Genetic changes in 3 genes linked to autism spectrum disorders

Mutations in 3 genes linked to autism spectrum disorders – Mutations in three new genes have been linked to autism, according to new studies including one with investigators at Mount Sinai School of Medicine. All three studies include lead investigators of the Autism Sequencing Consortium (ASC).

Two genes TPH1 and TPH2 more likely to develop PTSD symptoms

PTSD genes identified by UCLA study — Findings could lead to new screenings, targeted therapies — Two genes TPH1 and TPH2 more likely to develop PTSD symptoms – Why do some persons succumb to post-traumatic stress disorder (PTSD) while others who suffered the same ordeal do not? UCLA scientists have linked two genes involved in serotonin production to a higher risk of developing PTSD.

Smoking linked to mental decline in men

Smoking associated with more rapid cognitive decline in men – Smoking in men appears to be associated with more rapid cognitive decline or mental decline. Smoking is increasingly recognized as a risk factor for dementia in the elderly and the number of dementia cases worldwide, estimated at 36 million in 2010, is on the rise and is projected to double every 20 years.

Gestational diabetes and poverty increased ADHD risk in offspring

Gestational diabetes and low socioeconomic status raise risk of ADHD in children – Low socioeconomic status (SES) and maternal gestational diabetes together may cause a 14-fold increased risk of attention deficit hyperactivity disorder (ADHD) in six year olds, revealed by researchers.

Meditation may help brain to recover from diseases

Tuning out: How brains benefit from meditation — Meditation may help brain to recover from diseases – Brain imaging study reveals that experienced meditators seem to be able switch off areas of the brain associated with daydreaming as well as psychiatric disorders such as autism and schizophrenia.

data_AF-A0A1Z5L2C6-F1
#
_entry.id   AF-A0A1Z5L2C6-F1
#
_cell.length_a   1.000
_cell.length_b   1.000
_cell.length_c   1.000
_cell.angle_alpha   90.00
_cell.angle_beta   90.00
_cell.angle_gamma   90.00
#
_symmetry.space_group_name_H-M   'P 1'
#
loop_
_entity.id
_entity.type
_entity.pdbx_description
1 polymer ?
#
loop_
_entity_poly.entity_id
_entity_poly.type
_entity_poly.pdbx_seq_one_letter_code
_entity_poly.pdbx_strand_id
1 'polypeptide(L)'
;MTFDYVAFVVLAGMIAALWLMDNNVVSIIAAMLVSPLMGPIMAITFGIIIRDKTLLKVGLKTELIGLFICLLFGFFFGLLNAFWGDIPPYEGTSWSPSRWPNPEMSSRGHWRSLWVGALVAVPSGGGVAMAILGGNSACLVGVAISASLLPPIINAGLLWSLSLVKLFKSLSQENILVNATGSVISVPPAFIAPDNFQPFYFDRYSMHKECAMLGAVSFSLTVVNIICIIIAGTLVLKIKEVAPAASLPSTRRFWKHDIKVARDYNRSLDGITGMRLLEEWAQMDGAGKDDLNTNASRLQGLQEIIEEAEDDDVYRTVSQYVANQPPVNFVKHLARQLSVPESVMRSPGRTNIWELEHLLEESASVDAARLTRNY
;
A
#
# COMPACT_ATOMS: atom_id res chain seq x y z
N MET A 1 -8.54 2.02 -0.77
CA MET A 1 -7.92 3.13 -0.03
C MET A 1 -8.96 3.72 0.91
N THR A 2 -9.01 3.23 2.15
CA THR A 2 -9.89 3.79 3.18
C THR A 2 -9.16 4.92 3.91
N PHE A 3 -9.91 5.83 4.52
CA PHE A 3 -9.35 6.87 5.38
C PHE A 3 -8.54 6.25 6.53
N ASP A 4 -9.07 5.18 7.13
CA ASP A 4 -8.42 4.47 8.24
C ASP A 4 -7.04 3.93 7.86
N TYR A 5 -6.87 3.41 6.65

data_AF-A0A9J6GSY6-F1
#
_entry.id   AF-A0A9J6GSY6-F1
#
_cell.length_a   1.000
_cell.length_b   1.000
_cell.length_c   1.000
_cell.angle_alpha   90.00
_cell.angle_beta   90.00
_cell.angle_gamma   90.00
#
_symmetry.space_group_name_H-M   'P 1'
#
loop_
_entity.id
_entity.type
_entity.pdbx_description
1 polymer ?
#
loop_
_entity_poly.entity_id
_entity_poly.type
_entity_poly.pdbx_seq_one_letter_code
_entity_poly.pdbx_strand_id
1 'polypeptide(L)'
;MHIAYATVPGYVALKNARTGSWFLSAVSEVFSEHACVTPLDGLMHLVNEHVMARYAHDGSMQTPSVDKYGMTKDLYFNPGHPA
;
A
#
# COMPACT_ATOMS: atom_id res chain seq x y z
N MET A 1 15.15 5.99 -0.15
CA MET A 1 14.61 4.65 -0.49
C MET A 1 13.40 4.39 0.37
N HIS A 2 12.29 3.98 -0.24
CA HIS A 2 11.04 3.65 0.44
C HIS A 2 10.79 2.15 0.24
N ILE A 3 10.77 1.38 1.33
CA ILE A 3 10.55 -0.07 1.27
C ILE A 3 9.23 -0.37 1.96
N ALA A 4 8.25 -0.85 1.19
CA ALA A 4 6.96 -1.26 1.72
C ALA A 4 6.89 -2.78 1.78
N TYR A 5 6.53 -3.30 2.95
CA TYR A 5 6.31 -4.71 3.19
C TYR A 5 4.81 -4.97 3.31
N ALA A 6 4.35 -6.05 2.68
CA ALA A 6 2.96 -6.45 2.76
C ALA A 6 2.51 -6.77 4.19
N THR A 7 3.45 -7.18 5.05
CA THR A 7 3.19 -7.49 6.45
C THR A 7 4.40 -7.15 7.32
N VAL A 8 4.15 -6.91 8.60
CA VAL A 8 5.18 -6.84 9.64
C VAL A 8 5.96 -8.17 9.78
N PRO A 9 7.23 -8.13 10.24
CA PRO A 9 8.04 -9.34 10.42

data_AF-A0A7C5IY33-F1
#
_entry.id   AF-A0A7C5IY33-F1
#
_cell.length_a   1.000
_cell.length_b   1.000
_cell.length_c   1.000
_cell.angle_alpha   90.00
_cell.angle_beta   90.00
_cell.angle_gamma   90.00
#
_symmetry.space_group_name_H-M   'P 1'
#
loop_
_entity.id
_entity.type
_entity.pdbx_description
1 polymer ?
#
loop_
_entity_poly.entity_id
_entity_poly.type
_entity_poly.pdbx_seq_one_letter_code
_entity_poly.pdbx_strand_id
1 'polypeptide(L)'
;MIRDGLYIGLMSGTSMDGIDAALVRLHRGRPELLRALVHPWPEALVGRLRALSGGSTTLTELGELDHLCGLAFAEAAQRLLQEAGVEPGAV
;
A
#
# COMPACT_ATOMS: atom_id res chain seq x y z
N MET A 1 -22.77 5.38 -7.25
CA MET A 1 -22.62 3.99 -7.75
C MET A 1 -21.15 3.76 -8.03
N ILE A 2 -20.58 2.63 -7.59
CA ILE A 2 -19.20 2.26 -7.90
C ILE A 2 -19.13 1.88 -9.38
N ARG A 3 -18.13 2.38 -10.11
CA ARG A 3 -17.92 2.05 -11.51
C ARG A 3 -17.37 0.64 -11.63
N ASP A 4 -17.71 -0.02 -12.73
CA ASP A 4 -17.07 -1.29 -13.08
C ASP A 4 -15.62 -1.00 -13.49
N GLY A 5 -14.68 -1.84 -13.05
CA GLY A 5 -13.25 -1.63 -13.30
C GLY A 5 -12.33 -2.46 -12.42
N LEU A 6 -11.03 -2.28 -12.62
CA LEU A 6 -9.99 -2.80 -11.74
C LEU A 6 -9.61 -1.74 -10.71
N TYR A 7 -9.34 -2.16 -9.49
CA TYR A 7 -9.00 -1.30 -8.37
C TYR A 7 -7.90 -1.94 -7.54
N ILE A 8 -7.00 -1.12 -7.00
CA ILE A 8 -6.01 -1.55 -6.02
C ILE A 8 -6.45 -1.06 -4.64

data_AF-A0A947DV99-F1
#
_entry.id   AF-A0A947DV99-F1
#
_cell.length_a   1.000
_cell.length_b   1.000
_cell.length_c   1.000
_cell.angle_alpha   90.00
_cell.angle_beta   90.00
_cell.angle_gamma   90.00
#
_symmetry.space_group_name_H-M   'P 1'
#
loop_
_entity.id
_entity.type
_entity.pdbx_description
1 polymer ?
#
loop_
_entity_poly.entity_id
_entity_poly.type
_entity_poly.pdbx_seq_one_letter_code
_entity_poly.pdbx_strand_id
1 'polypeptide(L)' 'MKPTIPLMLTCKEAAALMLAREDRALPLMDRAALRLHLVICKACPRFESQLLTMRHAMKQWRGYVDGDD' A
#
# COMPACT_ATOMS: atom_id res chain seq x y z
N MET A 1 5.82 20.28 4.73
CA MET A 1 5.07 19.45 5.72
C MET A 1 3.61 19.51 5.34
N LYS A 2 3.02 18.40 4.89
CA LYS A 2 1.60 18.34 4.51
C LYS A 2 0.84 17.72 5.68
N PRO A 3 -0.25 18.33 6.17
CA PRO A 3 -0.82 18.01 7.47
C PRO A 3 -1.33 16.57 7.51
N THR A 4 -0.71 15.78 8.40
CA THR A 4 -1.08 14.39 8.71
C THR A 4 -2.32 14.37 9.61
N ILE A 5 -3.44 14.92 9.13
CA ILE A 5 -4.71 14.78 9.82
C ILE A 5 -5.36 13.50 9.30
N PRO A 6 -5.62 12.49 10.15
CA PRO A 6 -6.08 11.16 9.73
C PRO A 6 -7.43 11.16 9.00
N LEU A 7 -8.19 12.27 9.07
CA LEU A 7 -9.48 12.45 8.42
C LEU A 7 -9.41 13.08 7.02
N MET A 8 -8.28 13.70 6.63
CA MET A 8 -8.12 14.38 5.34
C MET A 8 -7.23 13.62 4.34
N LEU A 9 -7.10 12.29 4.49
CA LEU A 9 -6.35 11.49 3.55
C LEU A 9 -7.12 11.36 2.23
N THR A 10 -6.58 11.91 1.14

Depression uncouples brain’s hate circuit

MRI study finds that depression uncouples brain’s hate circuit — Depressed people may process feelings of hate differently – Depression frequently seems to uncouple the brain’s “Hate Circuit”. The study entitled “Depression Uncouples Brain Hate Circuit” is published in the journal Molecular Psychiatry.

Blood test may detect Alzheimer’s Disease progression

Blood Tests May Hold Clues to Pace of Alzheimer?s Disease Progression – Researchers found a way to predict how quickly patients with Alzheimer’s disease (AD) will lose cognitive function by looking at ratios of two fatty compounds in their blood.

Adolescent binge drinking can damage spatial working memory

Adolescent binge drinking can damage spatial working memory – Binge or “heavy episodic” drinking is prevalent during adolescence, raising concerns about alcohol’s effects on crucial neuromaturational processes during this developmental period. Heavy alcohol use has been associated with decrements in cognitive functioning in both adult and adolescent populations, particularly on tasks of spatial working memory (SWM).

Environment factors important than genetic in autism

Study of twins suggests genetic component of autism spectrum disorders may be moderate — Environmental component may be substantial – Shared environmental factors ? experiences and exposures common to both twin individuals ? accounted for 55% of strict autism and 58% of more broadly defined autism spectrum disorders (ASD), revealed by researchers. Genetic heritability accounted for 37% of autism and 38% of ASD.

Wives’ inability to fall asleep at night has interpersonal consequences in marriage

Wives’ inability to fall asleep at night has interpersonal consequences in marriage

Study finds that wives’ sleep problems have negative impact on marital interactions — Wives’ inability to fall asleep at night has interpersonal consequences in marriage – The quality of interactions among married couples is affected by wives’ inability to fall asleep at night, but not by husbands’ sleep problems, suggests new research presented in Minneapolis, Minn., at SLEEP 2011, the 25th Anniversary Meeting of the Associated Professional Sleep Societies LLC (APSS). Results show that, among wives, taking longer to fall asleep at night predicted their reports of more negative and less positive marital interactions the next day.